Four months after its debut, AV providers did not detect sneaky malware on Mac.
Does Apple give AV providers malware definitions? New analysis indicates no.
Enlarge / A VirusTotal screenshot showing only two AV providers detected malware, four weeks after the malware was suppressed. His macOS malware samples continued to be undetected by the majority of antivirus providers, a security researcher reported on Thursday.
Windshift is what researchers call an APT – a short term for “advanced persistent threat “–that monitors people in the Middle East. The group worked in the shadows for two years until August, when Taha Karim, a security firm researcher at DarkMatter, presented it at the Singapore Box Conference in Hack. Slides, a short description and Forbes ‘ report are here, here and here.
Some things distinguish Windshift among the APTs, reported Karim in August. One is how seldom malware infects the group’s targets. It relies instead on links within phishing emails and text messages to track the locations, online habits and other features of the targets.
Another unusual feature: In extremely rare cases, Windshift uses Mac malware to steal documents or take screenshots of desktop targets; it relies on a new technique to bypass security defenses of macOS. The above-linked Forbes article provides more information on how this technique, known as a custom URL scheme, allows attacker-controlled sites to automatically install their malware on target Macs.)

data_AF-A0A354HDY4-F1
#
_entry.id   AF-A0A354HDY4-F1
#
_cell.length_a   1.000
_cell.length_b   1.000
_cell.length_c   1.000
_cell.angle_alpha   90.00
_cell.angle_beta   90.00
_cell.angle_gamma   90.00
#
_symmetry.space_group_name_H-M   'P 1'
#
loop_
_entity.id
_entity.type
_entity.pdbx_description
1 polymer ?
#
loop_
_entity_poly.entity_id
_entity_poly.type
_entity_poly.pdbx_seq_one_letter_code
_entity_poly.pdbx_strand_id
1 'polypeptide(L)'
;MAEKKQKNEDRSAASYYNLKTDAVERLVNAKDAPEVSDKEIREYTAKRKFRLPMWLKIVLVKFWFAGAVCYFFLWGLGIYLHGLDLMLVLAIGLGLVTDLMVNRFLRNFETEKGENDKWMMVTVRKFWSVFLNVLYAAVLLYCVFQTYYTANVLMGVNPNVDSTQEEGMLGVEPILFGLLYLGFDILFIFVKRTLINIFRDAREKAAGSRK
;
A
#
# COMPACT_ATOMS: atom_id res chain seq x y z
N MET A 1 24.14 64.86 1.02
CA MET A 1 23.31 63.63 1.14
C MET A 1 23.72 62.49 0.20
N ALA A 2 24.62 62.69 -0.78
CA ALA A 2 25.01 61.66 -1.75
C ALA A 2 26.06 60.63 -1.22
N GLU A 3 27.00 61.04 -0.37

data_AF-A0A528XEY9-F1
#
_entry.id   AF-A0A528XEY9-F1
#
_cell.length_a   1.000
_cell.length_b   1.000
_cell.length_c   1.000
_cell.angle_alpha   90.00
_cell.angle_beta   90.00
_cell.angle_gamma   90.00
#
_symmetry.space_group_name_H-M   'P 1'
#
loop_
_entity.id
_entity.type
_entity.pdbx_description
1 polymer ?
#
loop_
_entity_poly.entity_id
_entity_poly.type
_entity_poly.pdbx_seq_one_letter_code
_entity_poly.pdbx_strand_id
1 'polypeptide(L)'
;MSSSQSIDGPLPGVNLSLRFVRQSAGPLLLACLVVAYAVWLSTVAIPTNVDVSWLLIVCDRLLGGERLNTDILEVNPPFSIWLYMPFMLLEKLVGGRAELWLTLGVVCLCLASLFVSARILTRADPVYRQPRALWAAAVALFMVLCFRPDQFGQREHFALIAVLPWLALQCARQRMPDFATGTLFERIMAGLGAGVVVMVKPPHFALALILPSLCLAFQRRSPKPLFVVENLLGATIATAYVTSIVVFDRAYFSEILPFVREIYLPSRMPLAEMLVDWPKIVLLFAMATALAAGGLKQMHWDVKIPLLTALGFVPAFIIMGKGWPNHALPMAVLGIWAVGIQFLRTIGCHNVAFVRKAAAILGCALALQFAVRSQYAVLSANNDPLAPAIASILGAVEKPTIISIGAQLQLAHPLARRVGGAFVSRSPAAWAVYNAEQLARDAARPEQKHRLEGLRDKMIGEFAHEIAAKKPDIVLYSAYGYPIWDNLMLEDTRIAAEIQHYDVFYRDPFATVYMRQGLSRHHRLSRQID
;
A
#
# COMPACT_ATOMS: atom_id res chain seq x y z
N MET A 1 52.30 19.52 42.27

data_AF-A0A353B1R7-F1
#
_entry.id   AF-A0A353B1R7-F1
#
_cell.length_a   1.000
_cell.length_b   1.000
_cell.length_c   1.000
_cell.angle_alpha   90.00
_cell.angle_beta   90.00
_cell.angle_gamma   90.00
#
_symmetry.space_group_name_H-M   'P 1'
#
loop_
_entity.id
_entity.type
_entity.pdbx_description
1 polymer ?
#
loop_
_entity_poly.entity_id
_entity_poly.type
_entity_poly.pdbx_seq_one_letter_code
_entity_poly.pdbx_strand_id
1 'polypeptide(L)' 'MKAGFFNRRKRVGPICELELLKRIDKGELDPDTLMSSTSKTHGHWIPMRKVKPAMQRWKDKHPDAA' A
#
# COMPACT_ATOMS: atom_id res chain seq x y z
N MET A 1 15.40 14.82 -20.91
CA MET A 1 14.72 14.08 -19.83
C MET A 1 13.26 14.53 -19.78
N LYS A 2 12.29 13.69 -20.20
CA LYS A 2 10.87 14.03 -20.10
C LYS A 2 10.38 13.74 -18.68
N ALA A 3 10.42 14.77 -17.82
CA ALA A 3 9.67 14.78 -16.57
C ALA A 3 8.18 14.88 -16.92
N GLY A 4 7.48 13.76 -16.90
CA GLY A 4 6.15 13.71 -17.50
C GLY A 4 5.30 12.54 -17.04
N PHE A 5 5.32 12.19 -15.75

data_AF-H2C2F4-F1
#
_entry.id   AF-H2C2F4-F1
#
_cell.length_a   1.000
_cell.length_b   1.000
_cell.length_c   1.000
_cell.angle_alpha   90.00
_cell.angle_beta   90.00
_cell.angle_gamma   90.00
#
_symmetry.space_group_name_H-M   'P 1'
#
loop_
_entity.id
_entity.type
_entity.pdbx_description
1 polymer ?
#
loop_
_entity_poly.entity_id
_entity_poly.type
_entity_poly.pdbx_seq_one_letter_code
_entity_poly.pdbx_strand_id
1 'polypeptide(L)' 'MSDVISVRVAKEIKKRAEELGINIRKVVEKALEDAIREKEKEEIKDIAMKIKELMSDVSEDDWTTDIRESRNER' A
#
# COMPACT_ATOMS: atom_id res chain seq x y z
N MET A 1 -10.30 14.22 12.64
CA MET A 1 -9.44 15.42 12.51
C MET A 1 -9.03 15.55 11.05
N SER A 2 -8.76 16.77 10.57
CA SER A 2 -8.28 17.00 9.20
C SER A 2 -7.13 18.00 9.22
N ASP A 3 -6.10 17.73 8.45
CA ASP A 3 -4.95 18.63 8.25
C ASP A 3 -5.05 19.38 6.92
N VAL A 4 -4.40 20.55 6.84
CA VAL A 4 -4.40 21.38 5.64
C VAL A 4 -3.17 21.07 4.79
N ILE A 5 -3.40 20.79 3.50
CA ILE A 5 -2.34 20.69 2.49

On Thursday, Mac security expert Patrick Wardle published an analysis of Meeting Agenda.zip, a rare Mac malware file that Karim had said installed. To Wardle’s surprise, VirusTotal ‘s results showed at the time that only two antivirus providers–Kaspersky and ZoneAlarm –detected the file as malicious. Then Wardle used a feature that VirusTotal searched for malicious related files and found four more. Three of them were not detected by an AV provider, while only two providers detected one.
The reason the findings were so surprising was that Apple had already revoked the cryptographic certificate used by the developers to sign their malware digitally. Apple knew about the malware.
Wardle has written:
The fact that the signing certificate(s) of all the samples are revoked (CSSMERR_TP_CERT_REVOKED) means that Apple knows about this certificate… and thus surely this malware as well… yet the majority of the samples (3, of 4) are detected by zero anti-virus engines on VirusTotal.
Does this mean Apple isn’t sharing valuable malware/threat-intel with AV-community, preventing the creation of widespread AV signatures that can protect end-users?! 🤔
In fairness, malware contacts are no longer available on the Internet on the control servers. This means that infected computers are not at risk of being monitored. The number of detection has also increased slowly in fairness during the day since Wardle published its analysis. However, the lack of timely detection is troubling, as it suggests that Apple does not give definitions of known malware to AV providers.